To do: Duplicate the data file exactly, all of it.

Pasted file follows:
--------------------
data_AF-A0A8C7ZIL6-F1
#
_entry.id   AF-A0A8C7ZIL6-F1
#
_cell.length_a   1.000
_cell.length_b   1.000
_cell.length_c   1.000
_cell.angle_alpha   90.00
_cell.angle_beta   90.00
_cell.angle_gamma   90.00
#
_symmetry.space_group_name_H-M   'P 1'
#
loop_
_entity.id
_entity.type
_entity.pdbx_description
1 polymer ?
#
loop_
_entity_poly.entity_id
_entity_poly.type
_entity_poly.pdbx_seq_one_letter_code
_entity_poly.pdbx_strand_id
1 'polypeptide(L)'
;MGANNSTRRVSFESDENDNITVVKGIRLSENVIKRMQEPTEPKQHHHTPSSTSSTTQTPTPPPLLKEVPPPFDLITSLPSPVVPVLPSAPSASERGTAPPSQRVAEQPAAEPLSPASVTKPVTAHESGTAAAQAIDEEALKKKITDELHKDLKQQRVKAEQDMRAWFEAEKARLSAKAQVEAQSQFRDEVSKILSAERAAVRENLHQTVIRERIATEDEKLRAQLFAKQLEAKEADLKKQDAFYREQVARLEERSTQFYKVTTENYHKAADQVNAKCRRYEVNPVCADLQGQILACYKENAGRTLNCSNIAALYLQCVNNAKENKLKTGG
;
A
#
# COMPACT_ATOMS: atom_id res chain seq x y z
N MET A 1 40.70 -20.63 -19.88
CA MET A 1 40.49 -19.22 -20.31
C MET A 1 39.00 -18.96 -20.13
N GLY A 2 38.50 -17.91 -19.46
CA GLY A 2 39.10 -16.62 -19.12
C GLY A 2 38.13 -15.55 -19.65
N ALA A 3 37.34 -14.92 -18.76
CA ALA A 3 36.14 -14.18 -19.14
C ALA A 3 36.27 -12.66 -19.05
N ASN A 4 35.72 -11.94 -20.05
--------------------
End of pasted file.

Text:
data_AF-A0A8C7ZIL6-F1
#
_entry.id   AF-A0A8C7ZIL6-F1
#
_cell.length_a   1.000
_cell.length_b   1.000
_cell.length_c   1.000
_cell.angle_alpha   90.00
_cell.angle_beta   90.00
_cell.angle_gamma   90.00
#
_symmetry.space_group_name_H-M   'P 1'
#
loop_
_entity.id
_entity.type
_entity.pdbx_description
1 polymer ?
#
loop_
_entity_poly.entity_id
_entity_poly.type
_entity_poly.pdbx_seq_one_letter_code
_entity_poly.pdbx_strand_id
1 'polypeptide(L)'
;MGANNSTRRVSFESDENDNITVVKGIRLSENVIKRMQEPTEPKQHHHTPSSTSSTTQTPTPPPLLKEVPPPFDLITSLPSPVVPVLPSAPSASERGTAPPSQRVAEQPAAEPLSPASVTKPVTAHESGTAAAQAIDEEALKKKITDELHKDLKQQRVKAEQDMRAWFEAEKARLSAKAQVEAQSQFRDEVSKILSAERAAVRENLHQTVIRERIATEDEKLRAQLFAKQLEAKEADLKKQDAFYREQVARLEERSTQFYKVTTENYHKAADQVNAKCRRYEVNPVCADLQGQILACYKENAGRTLNCSNIAALYLQCVNNAKENKLKTGG
;
A
#
# COMPACT_ATOMS: atom_id res chain seq x y z
N MET A 1 40.70 -20.63 -19.88
CA MET A 1 40.49 -19.22 -20.31
C MET A 1 39.00 -18.96 -20.13
N GLY A 2 38.50 -17.91 -19.46
CA GLY A 2 39.10 -16.62 -19.12
C GLY A 2 38.13 -15.55 -19.65
N ALA A 3 37.34 -14.92 -18.76
CA ALA A 3 36.14 -14.18 -19.14
C ALA A 3 36.27 -12.66 -19.05
N ASN A 4 35.72 -11.94 -20.05